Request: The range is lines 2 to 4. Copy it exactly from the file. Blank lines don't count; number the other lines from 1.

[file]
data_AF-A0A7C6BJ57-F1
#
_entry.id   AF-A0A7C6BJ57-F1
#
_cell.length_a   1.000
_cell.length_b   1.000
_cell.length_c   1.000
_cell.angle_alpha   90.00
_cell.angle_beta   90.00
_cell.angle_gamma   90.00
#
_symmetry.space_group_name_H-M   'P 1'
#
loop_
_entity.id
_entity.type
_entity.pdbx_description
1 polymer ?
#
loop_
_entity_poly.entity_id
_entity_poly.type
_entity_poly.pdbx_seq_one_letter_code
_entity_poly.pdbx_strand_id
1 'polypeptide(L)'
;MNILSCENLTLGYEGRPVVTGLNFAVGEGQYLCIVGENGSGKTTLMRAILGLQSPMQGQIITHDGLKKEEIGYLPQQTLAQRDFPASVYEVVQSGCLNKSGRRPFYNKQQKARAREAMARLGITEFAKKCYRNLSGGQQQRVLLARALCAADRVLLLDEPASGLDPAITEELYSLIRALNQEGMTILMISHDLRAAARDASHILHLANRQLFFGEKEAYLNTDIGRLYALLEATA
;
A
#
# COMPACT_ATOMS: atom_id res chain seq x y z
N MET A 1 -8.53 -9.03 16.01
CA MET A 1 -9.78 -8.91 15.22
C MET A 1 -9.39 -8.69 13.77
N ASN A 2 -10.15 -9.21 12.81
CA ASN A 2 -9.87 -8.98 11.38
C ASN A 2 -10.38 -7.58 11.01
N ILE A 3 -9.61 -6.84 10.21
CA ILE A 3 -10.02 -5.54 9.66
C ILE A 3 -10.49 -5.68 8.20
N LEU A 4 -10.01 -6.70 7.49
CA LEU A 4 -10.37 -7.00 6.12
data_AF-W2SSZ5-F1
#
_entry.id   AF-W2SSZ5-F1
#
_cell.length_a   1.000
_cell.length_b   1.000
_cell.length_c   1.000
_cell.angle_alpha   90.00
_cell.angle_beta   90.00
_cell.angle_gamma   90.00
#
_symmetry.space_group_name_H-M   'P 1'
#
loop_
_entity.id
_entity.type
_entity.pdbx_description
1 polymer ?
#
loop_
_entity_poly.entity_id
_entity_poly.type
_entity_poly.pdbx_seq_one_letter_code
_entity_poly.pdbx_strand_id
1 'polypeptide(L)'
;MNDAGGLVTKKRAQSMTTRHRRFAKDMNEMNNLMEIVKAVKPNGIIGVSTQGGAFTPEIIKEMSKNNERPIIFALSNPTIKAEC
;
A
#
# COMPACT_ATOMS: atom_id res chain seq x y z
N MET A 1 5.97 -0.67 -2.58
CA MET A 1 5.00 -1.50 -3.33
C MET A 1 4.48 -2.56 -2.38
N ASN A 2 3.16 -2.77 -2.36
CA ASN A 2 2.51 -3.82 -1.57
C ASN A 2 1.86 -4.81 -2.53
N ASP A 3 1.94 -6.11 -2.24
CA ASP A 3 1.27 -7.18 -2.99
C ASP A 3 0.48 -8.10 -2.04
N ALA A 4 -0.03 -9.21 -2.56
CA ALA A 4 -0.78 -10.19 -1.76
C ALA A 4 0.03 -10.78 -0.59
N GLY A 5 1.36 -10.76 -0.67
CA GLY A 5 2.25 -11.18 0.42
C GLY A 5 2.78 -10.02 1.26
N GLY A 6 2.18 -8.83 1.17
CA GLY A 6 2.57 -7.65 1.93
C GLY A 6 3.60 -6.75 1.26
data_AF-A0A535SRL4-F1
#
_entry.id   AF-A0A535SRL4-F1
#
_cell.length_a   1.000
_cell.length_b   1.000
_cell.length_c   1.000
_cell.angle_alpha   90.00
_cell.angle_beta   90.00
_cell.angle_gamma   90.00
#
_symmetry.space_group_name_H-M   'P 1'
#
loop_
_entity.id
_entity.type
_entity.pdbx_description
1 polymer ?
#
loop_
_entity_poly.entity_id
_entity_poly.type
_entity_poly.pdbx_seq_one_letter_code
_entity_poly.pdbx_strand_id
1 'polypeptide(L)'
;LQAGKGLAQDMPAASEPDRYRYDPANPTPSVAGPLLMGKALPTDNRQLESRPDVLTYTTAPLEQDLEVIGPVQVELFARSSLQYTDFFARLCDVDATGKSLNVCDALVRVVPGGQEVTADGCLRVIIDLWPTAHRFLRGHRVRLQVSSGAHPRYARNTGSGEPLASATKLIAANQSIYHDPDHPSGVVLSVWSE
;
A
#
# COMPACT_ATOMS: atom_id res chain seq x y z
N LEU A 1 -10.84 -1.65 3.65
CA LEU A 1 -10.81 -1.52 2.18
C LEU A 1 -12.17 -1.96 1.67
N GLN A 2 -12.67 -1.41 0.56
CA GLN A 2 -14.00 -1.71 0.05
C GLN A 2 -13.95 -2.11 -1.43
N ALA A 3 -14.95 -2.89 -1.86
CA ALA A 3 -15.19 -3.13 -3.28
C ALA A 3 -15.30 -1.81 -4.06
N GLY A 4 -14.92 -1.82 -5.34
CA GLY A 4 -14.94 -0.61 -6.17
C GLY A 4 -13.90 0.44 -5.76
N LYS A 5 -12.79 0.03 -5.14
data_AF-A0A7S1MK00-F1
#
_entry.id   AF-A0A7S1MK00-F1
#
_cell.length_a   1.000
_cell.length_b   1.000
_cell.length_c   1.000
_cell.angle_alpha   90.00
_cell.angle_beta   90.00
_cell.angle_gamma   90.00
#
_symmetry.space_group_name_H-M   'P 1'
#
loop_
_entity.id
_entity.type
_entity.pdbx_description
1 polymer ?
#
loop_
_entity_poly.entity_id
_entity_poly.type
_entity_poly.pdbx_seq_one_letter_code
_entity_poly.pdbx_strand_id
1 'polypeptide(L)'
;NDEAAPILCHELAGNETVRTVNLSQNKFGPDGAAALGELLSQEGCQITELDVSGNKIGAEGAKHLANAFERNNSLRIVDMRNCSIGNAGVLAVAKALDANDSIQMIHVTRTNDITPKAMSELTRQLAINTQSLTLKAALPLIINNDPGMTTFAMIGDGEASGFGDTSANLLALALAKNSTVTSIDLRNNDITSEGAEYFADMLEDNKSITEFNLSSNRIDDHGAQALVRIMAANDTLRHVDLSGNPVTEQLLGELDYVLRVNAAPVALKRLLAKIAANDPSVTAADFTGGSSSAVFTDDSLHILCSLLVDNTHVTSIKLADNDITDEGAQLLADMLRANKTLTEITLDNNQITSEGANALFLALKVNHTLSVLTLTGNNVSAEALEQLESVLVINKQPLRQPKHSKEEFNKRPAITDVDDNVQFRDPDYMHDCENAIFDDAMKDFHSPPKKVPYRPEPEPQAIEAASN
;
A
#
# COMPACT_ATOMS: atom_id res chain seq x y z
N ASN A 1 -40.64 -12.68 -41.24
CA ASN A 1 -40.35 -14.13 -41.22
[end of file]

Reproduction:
#
_entry.id   AF-A0A7C6BJ57-F1
#